IAS 36 – Impairment of Assets

International Accounting Standard IAS 36, Impairment of Assets, is the first accounting standard that deals comprehensively with the impact of a decline in value in assets1. IAS 36 became operative for annual financial statements covering periods beginning on or after 1 July 19992.

Prior to the publication of IAS 36, standards such as IAS 16, Property, Plant and Equipment, IAS 28, Accounting for Investments in Associates, and IAS 31, Financial Reporting of Interests in Joint Ventures, included principles for recognising impairment losses but no detailed guidance was given on how these losses should be measured.

Financial statements exhibit reliability when amounts are stated in a prudent manner3. The objective of IAS 36 is to prescribe the procedures applied by an enterprise to ensure that each asset is not overstated beyond the amount expected to be recovered through use or sale of the asset.

Impairment is assessed as at each balance sheet date on the basis of the best set of information available to the enterprise and, subject to the application of materiality, the accounting standard will apply even if management consider that any impairment loss existing as at balance sheet date is likely to reverse subsequently.

Coverage of the Standard
IAS 36 applies in general to all tangible and intangible non-financial assets, including:

  • Property, plant and equipment, irrespective of whether carried at cost or revalued amount under IAS 16;
  • Goodwill arising on an acquisition, accounted for under IAS 22;
  • Investments in Subsidiaries, accounted for under IAS 27;
  • Investments in Associates, accounted for under IAS 28;
  • Interests in Joint Ventures, accounted for under IAS 31;
  • Intangible assets, accounted for under IAS 38; and
  • Investment property measured at cost, under IAS 40.

IAS 36 does not apply to the following assets covered under other accounting standards4:

  • Inventories (IAS 2, Inventories, measured at the lower of cost and net realisable value);
  • Assets arising from construction contracts (IAS 11 requires determination of recoverable amount albeit on an undiscounted basis);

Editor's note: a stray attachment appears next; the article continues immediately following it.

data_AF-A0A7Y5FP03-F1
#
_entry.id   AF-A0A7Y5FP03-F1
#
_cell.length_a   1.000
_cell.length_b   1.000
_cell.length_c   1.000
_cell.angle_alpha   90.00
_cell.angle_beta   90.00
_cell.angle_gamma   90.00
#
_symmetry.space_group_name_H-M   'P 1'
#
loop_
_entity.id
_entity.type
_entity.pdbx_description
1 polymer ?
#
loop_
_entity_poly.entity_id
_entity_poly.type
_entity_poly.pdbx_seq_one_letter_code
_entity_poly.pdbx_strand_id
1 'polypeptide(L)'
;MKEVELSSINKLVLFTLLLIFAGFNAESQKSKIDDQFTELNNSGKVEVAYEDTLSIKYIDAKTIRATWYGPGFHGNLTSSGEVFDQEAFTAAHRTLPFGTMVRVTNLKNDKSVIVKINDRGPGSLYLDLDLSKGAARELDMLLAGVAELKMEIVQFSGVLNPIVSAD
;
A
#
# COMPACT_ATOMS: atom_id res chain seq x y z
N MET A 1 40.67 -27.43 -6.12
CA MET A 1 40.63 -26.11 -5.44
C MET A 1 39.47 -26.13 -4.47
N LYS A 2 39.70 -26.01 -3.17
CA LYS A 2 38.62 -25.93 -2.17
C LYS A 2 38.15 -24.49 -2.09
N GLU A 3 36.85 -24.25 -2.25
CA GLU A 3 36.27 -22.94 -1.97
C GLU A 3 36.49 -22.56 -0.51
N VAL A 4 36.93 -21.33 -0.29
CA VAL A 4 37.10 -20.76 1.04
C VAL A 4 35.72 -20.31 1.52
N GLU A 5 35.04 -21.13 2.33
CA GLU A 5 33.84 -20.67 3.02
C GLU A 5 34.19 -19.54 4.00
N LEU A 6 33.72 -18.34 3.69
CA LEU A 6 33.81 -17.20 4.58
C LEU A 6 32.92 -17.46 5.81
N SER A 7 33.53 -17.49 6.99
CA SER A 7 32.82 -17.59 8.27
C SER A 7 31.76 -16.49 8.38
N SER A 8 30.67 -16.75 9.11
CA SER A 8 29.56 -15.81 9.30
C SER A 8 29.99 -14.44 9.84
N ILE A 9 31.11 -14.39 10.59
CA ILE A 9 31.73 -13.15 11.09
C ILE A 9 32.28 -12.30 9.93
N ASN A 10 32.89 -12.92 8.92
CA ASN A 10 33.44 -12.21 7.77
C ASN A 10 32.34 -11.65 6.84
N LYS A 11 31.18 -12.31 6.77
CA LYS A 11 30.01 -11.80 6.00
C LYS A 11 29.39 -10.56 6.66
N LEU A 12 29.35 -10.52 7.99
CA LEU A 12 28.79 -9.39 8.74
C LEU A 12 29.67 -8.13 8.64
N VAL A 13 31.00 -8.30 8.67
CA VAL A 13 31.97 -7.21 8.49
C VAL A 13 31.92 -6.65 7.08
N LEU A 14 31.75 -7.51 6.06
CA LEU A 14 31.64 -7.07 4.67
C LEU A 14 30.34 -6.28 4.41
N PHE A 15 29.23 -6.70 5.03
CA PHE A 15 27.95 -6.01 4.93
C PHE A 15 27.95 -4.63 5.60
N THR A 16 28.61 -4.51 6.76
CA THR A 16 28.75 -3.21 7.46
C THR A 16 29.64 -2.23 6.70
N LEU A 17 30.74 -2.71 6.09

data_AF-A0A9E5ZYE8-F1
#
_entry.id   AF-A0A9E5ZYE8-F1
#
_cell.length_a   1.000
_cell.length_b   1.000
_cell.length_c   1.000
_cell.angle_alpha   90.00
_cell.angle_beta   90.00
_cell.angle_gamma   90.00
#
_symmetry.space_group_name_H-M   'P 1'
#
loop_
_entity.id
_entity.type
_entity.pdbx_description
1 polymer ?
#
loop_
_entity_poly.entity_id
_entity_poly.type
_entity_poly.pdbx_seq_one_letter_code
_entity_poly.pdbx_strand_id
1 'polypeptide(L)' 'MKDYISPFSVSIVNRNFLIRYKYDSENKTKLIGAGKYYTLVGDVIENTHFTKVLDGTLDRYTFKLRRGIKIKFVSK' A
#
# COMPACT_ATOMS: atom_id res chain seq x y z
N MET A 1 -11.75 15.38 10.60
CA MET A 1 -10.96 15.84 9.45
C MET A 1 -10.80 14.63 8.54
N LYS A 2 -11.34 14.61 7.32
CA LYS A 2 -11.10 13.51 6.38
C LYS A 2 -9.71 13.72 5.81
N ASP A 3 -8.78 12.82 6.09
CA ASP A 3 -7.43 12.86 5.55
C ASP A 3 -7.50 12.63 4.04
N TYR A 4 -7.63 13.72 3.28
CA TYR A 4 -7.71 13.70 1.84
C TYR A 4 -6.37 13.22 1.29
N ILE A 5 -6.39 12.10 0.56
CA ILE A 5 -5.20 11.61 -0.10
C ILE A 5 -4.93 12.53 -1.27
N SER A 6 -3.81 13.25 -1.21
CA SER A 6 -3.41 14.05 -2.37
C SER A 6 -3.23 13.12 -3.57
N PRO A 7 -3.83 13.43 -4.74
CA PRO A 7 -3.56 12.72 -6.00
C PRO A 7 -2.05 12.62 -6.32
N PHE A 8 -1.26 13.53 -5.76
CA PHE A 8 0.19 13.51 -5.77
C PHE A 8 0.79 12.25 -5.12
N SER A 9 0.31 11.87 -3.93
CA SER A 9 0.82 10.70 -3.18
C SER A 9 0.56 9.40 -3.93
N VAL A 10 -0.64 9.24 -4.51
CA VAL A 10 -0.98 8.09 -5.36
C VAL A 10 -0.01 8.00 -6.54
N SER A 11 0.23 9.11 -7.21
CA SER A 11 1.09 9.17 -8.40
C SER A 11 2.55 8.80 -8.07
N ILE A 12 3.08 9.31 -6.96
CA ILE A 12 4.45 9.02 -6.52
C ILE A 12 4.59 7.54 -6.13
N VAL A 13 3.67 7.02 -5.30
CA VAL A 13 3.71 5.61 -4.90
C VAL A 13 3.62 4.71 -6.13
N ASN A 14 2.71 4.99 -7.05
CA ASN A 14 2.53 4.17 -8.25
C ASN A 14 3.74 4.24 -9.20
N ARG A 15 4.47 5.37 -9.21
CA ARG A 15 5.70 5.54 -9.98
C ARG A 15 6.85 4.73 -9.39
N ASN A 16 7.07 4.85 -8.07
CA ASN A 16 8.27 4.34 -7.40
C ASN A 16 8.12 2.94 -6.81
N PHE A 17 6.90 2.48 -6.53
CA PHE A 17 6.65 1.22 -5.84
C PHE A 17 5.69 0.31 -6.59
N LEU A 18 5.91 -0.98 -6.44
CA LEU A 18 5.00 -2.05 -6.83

• Deferred income tax assets (IAS 12 applies);
  • Assets arising from employee benefits (IAS 19 specifies that an upper limit of such assets be determined on a discounted basis broadly compatible with IAS 36);
  • Financial assets included in the scope of IAS 32;
  • Investment property measured at fair value (IAS 40 applies); and
  • Biological assets measured at fair value (once IAS 41 becomes effective).

The main issues addressed by IAS 36 are:

  • What is impairment?
  • When is an asset assessed for impairment?
  • What is the basis for assessing asset impairment (individual assets or groups of assets)?
  • How is an impairment loss measured and accounted for in the financial statements?
  • In a subsequent period how is the reversal of an impairment loss measured and accounted for in the financial statements?
  • What is required to be disclosed in the financial statements about asset impairment?
  • What transitional provisions apply on initial application of the accounting standard?

What is ‘impairment’?
An asset is described as impaired – and an impairment loss is recognised – to the extent that the asset’s carrying amount exceeds its recoverable amount5.

Carrying amount (CA) is the amount at which an asset is recognised in the balance sheet after deducting any accumulated depreciation (amortisation) and accumulated impairment losses thereon.

Recoverable amount (RA) is the higher of an asset’s net selling price and its value in use.

Net selling price (NSP) is the amount obtainable from the sale of an asset in an arm’s length transaction between knowledgeable, willing parties, less the costs of disposal.

Value in use (VIU) is the present value of estimated future cash flows expected to arise from the continuing use of an asset and from its disposal at the end of its useful life.

Three illustrations of the definition are shown in Figure 1.

Figure 1

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